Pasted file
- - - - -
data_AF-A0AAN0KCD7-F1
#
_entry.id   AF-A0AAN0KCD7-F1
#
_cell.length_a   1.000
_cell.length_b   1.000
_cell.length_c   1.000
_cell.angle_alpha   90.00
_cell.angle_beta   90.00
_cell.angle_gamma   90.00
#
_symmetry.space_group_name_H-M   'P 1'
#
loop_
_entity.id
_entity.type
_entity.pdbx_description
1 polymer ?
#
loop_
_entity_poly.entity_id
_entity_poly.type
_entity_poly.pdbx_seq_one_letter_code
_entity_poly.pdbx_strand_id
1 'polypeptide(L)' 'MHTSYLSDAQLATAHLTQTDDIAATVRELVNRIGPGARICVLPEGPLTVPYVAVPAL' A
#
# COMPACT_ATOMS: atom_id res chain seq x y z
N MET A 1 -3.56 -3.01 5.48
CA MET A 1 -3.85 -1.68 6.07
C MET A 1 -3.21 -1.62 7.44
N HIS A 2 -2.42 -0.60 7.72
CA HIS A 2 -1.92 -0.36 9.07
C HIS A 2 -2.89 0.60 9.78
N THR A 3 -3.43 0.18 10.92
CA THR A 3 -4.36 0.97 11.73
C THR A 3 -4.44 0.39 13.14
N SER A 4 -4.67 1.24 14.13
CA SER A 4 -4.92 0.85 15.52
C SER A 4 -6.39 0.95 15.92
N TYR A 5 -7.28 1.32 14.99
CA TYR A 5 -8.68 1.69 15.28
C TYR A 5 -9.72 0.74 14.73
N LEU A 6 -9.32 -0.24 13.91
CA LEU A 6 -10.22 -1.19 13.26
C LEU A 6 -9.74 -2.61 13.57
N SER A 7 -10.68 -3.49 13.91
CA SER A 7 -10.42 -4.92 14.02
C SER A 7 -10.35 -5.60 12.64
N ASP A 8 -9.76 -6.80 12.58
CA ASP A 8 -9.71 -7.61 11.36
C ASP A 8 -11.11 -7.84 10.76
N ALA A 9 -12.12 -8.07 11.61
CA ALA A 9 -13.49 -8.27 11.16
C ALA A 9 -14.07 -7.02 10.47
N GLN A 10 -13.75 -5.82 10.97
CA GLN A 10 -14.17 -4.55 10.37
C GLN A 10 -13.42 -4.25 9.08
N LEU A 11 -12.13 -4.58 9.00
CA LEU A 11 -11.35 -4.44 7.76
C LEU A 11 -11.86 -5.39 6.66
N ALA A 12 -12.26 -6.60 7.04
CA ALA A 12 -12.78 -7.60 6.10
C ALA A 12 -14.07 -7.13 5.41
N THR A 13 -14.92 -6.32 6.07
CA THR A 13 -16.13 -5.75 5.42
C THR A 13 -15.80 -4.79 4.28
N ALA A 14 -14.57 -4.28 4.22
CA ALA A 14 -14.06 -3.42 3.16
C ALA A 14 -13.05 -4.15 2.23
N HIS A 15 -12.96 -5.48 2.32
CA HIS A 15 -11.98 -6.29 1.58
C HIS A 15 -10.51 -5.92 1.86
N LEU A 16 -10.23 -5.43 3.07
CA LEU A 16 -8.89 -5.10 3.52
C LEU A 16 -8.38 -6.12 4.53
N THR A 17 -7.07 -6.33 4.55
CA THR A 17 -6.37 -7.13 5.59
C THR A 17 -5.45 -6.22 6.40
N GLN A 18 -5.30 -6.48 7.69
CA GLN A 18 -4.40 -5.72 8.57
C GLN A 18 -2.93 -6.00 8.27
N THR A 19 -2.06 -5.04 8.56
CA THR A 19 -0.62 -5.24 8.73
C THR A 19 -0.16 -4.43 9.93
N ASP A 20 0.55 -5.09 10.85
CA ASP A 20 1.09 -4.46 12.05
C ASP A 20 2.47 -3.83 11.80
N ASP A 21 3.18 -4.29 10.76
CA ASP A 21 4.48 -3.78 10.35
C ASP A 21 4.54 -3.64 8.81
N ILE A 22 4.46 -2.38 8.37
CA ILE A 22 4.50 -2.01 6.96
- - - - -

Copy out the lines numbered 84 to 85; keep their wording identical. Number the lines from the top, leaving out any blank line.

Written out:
C THR A 19 -0.16 -4.43 9.93
N ASP A 20 0.55 -5.09 10.85